Beloved Pages 64–85: Summary and Analysis
by Toni Morrison

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Pages 64–85: Summary and Analysis

New Characters:
Mister: the rooster from Sweet Home whose egg shell Paul D cracked so that he could live and who now preys on Paul D’s mind

Mr. Buddy: the possible father, and definite master, of Amy Denver

Paul D is wary of Beloved’s attentions to him and wants her to leave, but cannot ask her to since it is Sethe’s home. As he relentlessly questions her as to how she came to be there, she chokes on a raisin, effectively ending the questioning. She and Denver go to Denver’s room, and Paul D tells Sethe that Halle saw schoolteacher’s nephew steal her milk, which caused Halle to lose his mind because he could not stop them. He also tells her about his own torture with the bit in his mouth and of having Mister, the rooster he helped hatch, free and watching this humiliation.

Denver believes Beloved is the spirit of her sister returned in the flesh and urges Beloved not to tell Sethe. Denver’s advice ends the dancing they have been doing and causes an argument. In an attempt to soothe Beloved, Denver tells her how Amy helped Sethe give birth to Denver.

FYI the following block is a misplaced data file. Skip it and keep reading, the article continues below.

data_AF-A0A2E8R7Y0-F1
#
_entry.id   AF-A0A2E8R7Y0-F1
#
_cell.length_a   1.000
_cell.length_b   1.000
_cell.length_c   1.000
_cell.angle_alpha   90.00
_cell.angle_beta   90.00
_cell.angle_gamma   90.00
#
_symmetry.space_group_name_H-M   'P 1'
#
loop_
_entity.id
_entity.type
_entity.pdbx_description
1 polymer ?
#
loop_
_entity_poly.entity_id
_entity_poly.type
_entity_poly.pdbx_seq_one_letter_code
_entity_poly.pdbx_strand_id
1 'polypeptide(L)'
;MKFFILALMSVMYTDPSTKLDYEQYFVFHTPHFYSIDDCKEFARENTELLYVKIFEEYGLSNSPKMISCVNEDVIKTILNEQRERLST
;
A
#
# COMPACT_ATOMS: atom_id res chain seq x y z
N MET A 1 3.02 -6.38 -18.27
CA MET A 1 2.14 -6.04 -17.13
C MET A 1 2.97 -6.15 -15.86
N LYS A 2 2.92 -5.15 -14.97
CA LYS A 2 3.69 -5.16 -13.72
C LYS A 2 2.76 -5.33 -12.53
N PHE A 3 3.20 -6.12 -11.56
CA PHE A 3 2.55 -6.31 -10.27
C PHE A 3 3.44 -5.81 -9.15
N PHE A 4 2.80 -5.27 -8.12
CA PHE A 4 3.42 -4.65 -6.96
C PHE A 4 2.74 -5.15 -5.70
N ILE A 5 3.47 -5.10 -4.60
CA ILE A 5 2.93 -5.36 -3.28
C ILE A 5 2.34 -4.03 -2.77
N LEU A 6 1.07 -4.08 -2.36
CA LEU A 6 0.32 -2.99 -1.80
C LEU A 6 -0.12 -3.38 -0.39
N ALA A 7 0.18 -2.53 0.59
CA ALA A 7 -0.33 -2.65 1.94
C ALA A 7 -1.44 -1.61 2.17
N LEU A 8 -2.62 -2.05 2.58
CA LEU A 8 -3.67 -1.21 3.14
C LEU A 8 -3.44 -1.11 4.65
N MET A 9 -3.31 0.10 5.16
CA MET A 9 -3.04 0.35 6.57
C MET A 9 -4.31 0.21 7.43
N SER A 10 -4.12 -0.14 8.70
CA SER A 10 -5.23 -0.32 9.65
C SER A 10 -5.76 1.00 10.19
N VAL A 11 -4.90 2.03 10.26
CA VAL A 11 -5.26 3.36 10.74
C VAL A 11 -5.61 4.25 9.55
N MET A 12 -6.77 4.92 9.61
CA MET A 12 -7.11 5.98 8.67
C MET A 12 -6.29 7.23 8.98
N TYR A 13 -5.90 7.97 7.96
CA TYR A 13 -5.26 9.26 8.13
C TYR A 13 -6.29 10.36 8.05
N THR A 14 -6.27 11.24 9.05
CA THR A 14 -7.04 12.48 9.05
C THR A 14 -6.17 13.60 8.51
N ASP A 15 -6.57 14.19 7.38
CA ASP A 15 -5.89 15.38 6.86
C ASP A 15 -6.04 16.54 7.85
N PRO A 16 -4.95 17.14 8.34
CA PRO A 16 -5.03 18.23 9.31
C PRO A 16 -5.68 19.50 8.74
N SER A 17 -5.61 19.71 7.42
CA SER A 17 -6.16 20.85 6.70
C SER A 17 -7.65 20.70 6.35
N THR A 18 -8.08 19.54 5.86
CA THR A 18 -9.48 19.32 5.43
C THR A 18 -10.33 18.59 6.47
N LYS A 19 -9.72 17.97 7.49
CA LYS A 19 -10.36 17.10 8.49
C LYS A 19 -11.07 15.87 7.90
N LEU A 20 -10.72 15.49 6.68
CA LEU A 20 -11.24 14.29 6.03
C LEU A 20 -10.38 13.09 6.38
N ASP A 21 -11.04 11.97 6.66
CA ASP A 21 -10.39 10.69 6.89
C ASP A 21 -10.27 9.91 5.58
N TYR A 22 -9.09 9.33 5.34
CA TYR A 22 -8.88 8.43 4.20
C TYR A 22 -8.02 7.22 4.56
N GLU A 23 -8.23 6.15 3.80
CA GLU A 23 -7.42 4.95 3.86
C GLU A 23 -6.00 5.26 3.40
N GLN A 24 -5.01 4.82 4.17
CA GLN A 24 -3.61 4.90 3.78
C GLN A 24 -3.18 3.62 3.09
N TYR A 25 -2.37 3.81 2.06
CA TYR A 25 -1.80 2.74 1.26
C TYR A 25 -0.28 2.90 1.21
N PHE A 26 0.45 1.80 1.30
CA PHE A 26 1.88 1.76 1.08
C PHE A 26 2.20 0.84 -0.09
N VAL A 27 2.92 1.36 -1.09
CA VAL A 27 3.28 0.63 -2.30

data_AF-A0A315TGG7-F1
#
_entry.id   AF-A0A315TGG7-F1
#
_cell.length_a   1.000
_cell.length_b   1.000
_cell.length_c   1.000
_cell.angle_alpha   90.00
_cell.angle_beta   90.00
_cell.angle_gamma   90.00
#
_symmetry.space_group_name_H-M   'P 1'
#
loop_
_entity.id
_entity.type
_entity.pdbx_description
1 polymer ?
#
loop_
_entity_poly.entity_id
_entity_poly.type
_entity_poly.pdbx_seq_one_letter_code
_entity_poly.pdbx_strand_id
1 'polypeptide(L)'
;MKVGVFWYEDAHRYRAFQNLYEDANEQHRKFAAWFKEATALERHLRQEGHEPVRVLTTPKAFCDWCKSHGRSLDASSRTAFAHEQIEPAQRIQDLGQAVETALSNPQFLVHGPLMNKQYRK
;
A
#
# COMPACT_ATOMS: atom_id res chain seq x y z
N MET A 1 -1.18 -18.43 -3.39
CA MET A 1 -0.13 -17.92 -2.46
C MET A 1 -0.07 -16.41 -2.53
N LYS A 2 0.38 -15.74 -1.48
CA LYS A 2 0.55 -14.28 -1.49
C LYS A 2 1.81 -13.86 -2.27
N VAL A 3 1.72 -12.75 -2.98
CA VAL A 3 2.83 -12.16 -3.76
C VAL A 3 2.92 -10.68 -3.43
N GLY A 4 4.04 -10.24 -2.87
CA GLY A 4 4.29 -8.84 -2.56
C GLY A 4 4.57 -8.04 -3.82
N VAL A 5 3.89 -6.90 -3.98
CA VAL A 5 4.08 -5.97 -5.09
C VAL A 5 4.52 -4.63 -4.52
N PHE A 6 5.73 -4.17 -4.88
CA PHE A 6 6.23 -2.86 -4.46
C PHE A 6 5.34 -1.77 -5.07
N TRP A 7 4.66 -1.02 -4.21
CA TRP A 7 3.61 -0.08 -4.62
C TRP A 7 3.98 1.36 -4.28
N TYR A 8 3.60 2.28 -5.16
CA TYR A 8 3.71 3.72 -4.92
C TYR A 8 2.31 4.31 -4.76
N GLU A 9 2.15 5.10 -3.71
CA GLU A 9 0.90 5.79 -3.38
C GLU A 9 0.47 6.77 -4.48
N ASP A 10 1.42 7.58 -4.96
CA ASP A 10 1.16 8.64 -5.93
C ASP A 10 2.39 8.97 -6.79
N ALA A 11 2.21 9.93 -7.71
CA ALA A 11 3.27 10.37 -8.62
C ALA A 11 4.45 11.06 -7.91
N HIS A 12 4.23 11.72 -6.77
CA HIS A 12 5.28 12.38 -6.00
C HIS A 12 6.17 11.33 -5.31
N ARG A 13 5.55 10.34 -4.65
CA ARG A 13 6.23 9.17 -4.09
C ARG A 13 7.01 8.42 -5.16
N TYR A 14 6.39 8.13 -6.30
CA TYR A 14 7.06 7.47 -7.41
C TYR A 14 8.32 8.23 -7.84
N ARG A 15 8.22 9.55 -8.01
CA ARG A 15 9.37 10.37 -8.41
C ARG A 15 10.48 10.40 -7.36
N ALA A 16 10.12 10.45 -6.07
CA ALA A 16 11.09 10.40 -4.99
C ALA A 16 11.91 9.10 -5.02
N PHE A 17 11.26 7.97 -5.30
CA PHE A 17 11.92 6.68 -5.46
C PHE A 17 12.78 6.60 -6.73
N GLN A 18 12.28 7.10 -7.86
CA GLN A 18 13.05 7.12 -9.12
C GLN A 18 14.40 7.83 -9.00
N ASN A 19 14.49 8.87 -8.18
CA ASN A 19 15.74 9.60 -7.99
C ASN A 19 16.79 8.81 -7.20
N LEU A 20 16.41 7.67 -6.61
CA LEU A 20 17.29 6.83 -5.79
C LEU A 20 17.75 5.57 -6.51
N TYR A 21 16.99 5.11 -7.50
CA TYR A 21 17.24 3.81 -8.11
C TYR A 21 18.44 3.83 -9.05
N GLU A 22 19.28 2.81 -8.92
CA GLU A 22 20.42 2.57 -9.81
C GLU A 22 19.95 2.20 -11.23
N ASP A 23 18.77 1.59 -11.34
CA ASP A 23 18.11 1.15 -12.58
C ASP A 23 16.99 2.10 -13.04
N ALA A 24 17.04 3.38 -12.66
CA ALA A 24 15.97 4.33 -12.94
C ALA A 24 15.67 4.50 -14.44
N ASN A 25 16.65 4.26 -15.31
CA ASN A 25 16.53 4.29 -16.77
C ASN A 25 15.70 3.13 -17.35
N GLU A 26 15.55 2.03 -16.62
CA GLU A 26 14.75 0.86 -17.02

As the story switches from present to past, the divisions between the two become vague. Denver has no difficulty accepting that Beloved is her sister, although her sister had died almost nineteen years earlier. Paul D finds himself telling Sethe of Halle’s insanity and his own torture as if it were yesterday, not all those years ago. Sethe, herself, wants only to have gone insane then, too, instead of having spent all these years suffering. Beloved speaks of those years without any references to time. The transition from Denver’s telling the story of her birth to Sethe’s giving birth to Denver is so suitable that it seems the two have blended and that time has, too. The blending of time in the novel—past, present, and future (while in the past)—is one of Ms. Morrison’s most successful literary devices. It effectively allows the reader to be inside the character’s mind at all times of the character’s life, not just at the moment or in a memory of the moment, as is usually the case in developing a character.